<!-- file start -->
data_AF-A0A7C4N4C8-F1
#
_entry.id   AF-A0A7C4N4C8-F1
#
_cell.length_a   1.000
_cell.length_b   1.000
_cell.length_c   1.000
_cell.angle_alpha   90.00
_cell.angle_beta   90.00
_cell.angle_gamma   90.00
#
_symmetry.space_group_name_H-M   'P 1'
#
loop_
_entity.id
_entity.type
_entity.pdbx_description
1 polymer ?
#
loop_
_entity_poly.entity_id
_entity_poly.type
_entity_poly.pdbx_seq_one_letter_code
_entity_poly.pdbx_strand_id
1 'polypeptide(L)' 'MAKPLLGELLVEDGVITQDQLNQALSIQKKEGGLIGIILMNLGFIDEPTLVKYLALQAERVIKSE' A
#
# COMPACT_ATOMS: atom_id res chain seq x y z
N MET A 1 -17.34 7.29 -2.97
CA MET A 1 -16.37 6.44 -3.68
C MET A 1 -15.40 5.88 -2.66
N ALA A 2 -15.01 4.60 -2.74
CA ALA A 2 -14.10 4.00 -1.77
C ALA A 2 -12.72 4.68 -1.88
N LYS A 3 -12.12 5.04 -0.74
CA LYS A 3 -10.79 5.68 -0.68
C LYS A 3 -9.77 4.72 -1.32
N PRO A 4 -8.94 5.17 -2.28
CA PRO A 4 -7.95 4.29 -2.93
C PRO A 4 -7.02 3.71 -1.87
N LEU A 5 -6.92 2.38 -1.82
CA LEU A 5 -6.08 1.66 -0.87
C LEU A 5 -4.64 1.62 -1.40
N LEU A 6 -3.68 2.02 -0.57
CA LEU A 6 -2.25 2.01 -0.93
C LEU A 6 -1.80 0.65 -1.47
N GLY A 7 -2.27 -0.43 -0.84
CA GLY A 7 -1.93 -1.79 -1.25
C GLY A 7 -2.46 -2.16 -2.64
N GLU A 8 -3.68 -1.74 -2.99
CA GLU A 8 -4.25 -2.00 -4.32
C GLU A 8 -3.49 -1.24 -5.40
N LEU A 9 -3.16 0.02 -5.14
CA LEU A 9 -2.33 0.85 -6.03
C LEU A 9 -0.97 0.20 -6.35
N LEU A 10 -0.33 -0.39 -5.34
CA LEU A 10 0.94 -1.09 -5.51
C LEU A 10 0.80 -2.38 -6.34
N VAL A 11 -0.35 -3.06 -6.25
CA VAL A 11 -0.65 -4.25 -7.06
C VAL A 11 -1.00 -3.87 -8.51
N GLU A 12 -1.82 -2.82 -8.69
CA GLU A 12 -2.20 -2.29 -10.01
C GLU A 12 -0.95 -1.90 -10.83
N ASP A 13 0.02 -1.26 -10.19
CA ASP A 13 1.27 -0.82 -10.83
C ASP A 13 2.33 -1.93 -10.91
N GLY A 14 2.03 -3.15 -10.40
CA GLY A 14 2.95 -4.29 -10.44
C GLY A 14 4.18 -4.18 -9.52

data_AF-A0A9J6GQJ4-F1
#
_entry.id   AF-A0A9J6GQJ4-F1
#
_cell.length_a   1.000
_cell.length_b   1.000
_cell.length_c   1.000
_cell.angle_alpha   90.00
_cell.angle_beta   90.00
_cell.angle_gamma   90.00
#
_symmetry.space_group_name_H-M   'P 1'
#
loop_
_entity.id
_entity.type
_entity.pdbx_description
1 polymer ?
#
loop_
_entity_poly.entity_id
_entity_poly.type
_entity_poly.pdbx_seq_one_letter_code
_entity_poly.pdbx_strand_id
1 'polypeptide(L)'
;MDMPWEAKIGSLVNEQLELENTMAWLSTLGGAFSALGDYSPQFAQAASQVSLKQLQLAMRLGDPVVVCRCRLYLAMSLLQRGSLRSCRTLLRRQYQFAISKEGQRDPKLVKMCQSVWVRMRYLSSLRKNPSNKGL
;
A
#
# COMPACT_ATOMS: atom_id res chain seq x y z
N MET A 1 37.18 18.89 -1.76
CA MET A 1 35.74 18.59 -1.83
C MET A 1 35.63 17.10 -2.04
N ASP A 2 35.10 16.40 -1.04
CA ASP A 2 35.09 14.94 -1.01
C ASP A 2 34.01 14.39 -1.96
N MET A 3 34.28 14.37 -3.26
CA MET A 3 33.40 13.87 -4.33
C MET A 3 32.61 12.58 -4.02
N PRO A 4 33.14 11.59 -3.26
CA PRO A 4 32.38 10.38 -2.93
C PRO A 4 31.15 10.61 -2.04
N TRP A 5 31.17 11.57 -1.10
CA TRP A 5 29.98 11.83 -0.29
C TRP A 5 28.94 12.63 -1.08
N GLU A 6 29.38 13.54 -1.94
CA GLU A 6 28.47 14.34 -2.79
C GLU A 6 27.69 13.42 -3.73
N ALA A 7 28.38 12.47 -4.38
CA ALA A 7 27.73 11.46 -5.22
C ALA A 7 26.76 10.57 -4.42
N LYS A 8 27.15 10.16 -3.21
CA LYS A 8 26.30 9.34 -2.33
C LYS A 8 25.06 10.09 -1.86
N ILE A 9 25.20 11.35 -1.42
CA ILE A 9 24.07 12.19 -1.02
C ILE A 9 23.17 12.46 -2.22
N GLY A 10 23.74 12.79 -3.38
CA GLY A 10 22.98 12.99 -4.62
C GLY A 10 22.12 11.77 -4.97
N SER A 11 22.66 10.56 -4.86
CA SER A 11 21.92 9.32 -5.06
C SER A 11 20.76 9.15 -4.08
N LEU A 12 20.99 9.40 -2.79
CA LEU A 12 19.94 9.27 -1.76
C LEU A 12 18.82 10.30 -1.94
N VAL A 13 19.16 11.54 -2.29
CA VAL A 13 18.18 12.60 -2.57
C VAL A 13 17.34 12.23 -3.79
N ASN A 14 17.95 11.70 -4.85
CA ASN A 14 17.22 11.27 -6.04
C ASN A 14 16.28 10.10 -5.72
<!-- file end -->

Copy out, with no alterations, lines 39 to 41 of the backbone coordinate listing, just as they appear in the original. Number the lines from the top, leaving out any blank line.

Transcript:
C PRO A 4 -7.02 3.71 -1.87
N LEU A 5 -6.92 2.38 -1.82
CA LEU A 5 -6.08 1.66 -0.87